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What is Bokeh? The Difference Between Bokeh and Depth of Field

written by: EReynolds•edited by: Rhonda Callow•updated: 1/14/2009

Many amateur photographers know what depth of field is, and think they know what bokeh is...but do they really? In this article I briefly discuss what separates depth of field from bokeh, and how they work together.

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    A Sense of Accomplishment Gone Wrong

    More often than not, when the average amateur photographer learns briefly what bokeh means, it gives them a boost of confidence with their photography. They feel a sense of superiority, like they have a much more distinguished point of view as a photographer. As a matter of fact, sometimes it really does make their photographs look quite a bit better due to the fact that bokeh is now on their conscience and somewhat of a priority. However, when they hear or even see the word "bokeh" they almost always automatically think depth of field. While this may not be an altogether false assumption, depth of field does in fact cause bokeh, it is usually more of an assumption of ignorance rather than anything else.

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    The Real Difference

    As mentioned before, the term "bokeh" is often confused with the term "depth of field" - I've been guilty of it, you've probably been guilty of it, and almost all photographers who take their work seriously are most likely guilty of it at one time or another. The important thing to realize is that depth of field is the amount of picture that is in focus, not the amount that is out-of-focus. While depth of field does cause bokeh, bokeh does not cause depth of field. Perceiving depth of field this way, it is possible to have a photograph with very large depth of field, where there is very minimal bokeh. Having this knowledge within itself can give you the ability to stand out as a photographer.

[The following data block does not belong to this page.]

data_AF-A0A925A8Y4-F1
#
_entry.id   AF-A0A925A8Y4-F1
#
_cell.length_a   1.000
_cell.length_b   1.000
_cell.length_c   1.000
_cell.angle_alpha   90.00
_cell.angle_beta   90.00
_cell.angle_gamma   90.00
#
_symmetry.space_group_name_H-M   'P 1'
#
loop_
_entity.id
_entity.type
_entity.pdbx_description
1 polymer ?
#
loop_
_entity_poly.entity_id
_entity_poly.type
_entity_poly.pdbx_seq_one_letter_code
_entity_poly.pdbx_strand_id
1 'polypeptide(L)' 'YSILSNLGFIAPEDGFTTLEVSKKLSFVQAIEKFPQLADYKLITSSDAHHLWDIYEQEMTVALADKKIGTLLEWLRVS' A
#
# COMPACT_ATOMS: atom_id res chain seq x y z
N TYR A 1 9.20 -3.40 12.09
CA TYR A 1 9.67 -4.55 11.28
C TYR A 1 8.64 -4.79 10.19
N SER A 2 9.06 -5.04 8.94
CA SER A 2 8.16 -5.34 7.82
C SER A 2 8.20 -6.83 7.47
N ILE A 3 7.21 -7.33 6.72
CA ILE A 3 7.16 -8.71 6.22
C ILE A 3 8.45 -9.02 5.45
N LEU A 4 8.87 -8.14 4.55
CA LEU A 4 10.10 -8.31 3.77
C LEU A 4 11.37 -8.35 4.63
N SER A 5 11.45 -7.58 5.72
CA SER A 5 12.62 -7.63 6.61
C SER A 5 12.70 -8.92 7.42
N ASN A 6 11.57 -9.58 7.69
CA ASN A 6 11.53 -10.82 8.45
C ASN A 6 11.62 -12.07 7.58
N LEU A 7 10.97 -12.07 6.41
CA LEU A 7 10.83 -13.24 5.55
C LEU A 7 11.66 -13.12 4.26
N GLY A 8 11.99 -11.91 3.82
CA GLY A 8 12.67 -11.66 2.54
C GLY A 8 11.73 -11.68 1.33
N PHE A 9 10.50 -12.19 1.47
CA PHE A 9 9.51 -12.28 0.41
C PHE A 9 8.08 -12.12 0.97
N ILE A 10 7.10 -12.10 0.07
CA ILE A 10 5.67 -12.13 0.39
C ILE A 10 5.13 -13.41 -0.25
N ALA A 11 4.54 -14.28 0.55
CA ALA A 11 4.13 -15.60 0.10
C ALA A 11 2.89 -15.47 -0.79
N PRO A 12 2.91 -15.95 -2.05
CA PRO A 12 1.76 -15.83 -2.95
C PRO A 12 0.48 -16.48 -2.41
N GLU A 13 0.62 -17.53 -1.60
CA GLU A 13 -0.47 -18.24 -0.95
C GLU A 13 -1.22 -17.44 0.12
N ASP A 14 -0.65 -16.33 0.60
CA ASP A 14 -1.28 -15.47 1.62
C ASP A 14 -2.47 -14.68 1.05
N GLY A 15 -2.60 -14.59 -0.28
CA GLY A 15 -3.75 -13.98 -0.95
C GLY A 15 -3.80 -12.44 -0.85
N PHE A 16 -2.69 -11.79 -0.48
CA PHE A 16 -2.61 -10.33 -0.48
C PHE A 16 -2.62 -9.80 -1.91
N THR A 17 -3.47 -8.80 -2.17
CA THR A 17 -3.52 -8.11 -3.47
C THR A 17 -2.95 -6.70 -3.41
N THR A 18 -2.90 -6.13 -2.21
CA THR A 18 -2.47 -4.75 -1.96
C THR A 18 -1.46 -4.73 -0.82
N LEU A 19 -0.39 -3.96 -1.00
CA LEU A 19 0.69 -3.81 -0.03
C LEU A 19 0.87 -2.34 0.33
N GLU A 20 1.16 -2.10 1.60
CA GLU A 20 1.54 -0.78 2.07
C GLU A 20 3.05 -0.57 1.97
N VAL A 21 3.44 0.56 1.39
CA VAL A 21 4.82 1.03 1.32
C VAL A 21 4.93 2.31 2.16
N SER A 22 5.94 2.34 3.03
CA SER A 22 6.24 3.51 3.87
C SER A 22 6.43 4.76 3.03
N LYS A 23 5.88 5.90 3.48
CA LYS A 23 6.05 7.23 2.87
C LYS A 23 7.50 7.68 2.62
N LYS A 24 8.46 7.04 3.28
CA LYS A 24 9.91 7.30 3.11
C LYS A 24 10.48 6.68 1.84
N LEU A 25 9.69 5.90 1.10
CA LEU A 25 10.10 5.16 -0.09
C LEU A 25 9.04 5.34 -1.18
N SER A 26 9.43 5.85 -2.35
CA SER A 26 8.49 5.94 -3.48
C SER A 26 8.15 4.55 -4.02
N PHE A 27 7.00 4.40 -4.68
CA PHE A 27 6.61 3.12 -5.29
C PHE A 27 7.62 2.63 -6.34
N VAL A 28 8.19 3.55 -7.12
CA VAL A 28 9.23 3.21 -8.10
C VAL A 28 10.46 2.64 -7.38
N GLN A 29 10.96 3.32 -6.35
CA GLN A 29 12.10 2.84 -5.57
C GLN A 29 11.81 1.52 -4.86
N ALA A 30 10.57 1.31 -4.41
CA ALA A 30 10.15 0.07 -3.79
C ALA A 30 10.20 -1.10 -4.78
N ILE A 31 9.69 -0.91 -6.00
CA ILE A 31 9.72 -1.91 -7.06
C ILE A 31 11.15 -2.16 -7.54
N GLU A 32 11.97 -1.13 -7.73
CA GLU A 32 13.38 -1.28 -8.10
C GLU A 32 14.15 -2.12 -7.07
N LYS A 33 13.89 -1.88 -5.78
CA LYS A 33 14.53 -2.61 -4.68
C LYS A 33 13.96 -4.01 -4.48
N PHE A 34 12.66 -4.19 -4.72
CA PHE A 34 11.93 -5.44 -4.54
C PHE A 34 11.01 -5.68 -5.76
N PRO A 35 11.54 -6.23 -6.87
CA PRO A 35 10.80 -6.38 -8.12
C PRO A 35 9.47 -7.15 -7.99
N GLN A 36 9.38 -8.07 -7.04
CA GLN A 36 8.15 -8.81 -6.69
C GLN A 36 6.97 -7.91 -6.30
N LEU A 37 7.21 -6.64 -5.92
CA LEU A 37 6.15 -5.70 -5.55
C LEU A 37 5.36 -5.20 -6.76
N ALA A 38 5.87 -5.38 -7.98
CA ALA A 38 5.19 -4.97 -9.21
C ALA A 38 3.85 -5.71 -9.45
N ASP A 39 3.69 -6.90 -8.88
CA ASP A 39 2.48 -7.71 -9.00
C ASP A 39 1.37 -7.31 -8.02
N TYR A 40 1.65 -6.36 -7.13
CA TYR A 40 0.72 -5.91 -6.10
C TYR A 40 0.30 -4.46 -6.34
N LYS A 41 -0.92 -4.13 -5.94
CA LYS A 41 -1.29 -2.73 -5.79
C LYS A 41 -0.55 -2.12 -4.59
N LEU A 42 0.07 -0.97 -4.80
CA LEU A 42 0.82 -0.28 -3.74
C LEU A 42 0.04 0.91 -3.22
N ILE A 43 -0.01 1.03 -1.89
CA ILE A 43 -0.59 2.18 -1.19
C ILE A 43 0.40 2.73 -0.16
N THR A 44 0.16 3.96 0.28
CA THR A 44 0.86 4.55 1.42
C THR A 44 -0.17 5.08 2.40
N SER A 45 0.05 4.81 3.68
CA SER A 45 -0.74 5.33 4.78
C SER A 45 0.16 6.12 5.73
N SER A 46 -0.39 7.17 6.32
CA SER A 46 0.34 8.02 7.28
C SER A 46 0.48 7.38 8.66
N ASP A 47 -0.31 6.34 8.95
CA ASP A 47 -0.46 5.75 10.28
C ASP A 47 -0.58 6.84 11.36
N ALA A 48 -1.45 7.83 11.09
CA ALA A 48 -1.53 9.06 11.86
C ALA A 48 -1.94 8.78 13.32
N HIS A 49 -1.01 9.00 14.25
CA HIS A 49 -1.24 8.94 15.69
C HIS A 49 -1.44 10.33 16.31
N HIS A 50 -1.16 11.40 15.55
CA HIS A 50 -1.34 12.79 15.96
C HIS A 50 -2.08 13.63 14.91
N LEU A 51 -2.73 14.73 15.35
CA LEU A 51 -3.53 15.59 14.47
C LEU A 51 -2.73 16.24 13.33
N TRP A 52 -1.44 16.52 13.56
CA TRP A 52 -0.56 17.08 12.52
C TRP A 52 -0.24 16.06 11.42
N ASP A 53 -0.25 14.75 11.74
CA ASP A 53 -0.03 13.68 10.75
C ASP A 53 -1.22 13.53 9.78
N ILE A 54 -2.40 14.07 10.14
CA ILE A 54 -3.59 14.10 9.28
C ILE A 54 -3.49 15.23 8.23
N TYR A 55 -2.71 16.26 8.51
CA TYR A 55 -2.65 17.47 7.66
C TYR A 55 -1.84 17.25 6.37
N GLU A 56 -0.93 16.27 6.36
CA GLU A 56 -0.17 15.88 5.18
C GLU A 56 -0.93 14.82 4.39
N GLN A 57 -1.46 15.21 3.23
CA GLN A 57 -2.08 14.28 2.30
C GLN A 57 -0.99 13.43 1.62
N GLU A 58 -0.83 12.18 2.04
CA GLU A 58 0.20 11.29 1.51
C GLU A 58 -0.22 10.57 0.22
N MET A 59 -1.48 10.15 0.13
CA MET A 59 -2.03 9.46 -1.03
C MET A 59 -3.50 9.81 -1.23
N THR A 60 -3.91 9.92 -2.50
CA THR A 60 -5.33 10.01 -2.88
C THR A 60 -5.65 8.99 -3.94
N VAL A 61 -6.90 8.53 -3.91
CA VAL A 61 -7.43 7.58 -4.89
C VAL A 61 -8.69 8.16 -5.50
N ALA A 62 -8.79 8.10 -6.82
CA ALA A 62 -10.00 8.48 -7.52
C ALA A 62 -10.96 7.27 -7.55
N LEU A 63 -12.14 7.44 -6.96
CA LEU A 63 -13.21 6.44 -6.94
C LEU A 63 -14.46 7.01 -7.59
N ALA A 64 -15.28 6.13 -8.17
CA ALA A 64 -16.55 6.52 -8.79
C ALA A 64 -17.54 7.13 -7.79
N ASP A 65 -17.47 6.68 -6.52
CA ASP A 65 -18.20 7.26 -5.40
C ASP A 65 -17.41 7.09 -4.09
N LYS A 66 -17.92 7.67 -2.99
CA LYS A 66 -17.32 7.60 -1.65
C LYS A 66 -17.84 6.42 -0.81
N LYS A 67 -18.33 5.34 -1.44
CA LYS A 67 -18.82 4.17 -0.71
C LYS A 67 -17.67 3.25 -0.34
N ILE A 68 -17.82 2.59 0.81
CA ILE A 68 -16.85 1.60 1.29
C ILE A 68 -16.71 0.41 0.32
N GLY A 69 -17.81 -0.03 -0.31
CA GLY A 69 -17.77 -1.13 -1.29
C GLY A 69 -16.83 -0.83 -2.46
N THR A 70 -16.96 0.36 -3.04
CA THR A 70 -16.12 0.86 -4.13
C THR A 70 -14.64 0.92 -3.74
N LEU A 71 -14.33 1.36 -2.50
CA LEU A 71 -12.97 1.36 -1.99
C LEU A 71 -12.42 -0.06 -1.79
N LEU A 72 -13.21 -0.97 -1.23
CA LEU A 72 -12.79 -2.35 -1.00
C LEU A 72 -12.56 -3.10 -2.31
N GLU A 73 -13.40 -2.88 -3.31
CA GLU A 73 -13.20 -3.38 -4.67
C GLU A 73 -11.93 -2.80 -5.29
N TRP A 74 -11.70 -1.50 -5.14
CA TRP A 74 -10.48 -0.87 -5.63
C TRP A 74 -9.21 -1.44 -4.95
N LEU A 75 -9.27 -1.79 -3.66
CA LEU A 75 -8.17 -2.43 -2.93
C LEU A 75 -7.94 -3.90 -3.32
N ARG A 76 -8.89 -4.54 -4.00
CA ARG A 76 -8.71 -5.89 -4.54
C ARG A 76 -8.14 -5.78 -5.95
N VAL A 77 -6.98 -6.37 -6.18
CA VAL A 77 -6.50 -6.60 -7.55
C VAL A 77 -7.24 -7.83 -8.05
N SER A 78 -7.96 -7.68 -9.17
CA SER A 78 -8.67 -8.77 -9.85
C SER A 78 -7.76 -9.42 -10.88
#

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    Bokeh as it Truly is

    Bokeh does not only mean the out-of-focus part of a photo, it also means the quality of that out-of-focus area. Bokeh is the word that describes the appearance of an out-of-focus area and its disposition. Some lenses have better quality bokeh than others, and some lenses have the ability to present more shallow depth of field - resulting in more bokeh. Commonly, "good" bokeh is an out-of-focus area that is very silky smooth and has no rough or sharp edges. An important rule of thumb to remember is that sharp edges should be left solely for the focused area of a picture, whereas the out-of-focus part should look very soft and smooth with no real edges of any kind.

    (Click on images to enlarge)

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    An Example of Good Bokeh

    Shallow DoF, with Large DoF, with minimal bokeh - Shot at f/22
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    Understand it and Apply it

    When shooting, photographers should always consider how depth of field and bokeh work together. It can be a vital step to really keep in mind where to use depth of field as well as the quality of bokeh that needs to be achieved. Should a subject in your photo be solely focused on with a shallow depth of field, or are you creating a landscape shot that needs a large depth of field to visually capture more detail? The choice is purely up to you, but it is your responsibility as a photographer to decide how and when to use it appropriately. This can, within itself, determine whether people perceive you as an amateur or professional photographer - It can even separate you from other professionals.